• USS Wren – DD-568
    • USS Yarnall – DD-541
    • USS Young – DD-580
    • USS Zane – DD-337
    • USS Zellars – DD-777

    U. S. Navy Destroyers and Naval Shipyard Asbestos Exposure

    • Avondale Marine Ways, Avondale, LA
    • Bath Iron Works Corp., Bath, ME
    • Bethlehem-Hingham Shipyard, Hingham, MA
    • Bethlehem Steelworks, MD
    • Bethlehem Steelworks, NY
    • Boston Navy Yard, Boston, MA
    • Charleston Naval Shipyard, Charleston, SC
    • Consolidated Steel Corporation, Orange, TX
    • Dravo Corporation, Wilmington, DE
    • Electric Boat Company, Groton, CT
    • Federal Shipbuilding & Dry Dock , NJ
    • Long Beach Naval Shipyard, Long Beach, CA
    • Hunter’s Point Naval Shipyard, San Francisco, CA
    • Lockheed Shipbuilding, Seattle, WA
    • Mare Island Naval Shipyard, Vallejo, CA
    • Newport News Shipbuilding & Dry Dock, VA
    • New York Naval Shipyard, Brooklyn, NY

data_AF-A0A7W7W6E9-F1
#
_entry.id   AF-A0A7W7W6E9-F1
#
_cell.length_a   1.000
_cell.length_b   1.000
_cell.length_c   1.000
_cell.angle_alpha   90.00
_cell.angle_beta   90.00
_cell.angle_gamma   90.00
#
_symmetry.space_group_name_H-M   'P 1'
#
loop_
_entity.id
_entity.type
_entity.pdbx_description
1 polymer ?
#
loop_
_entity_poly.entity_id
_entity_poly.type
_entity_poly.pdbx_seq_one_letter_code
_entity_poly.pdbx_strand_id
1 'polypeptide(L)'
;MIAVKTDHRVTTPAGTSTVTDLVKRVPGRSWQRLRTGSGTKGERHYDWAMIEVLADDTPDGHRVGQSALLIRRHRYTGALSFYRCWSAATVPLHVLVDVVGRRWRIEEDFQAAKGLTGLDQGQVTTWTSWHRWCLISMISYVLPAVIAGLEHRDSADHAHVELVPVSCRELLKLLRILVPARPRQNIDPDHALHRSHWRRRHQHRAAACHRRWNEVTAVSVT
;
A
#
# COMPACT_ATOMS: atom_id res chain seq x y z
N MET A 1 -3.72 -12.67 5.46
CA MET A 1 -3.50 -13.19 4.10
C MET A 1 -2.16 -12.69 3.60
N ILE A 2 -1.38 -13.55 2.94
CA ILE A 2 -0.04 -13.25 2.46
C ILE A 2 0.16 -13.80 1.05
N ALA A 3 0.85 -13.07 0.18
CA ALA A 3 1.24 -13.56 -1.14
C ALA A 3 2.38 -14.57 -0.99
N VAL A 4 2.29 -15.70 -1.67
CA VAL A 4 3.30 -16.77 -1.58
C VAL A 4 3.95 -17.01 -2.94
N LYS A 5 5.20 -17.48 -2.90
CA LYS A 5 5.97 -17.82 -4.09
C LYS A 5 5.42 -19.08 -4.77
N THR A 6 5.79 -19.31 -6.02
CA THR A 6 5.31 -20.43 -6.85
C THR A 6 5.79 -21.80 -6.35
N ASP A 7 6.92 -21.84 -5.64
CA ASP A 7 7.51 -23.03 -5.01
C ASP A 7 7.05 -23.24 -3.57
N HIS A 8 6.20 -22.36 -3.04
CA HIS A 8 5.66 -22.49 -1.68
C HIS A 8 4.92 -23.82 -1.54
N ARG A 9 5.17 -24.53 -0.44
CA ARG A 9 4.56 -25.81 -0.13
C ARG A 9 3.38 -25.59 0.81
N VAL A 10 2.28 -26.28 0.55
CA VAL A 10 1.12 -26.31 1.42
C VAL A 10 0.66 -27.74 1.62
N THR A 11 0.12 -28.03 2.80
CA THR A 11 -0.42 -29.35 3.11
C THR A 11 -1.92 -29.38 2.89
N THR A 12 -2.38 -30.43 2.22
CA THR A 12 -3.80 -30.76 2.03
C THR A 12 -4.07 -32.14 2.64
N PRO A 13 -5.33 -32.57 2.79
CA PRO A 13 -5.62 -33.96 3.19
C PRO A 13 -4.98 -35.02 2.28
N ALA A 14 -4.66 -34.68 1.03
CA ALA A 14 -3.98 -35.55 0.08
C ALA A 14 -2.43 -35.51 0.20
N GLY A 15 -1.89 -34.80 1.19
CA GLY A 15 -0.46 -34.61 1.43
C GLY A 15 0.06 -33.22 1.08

• Norfolk Naval Shipyard, Portsmouth, VA
    • Philadelphia Navy Yard, Philadelphia, PA
    • Portsmouth Naval Shipyard, Kittery, ME
    • Puget Sound Naval Shipyard, Bremerton, WA

    Navy Sailors and shipyard workers were daily exposed to toxic asbestos dust and fibers where they inhaled and ingested them without any protection in their workplace. Families of workers and other government contractors that were exposed to asbestos secondhand are also developing Mesothelioma and other asbestos-related disease.

    Malignant Mesothelioma has been linked to workplace asbestos exposure.

    TO GET HELP – Our Nationwide Toll Free Mesothelioma Helpline Number is 888.640.0914

    Navy Veterans and Asbestos Exposure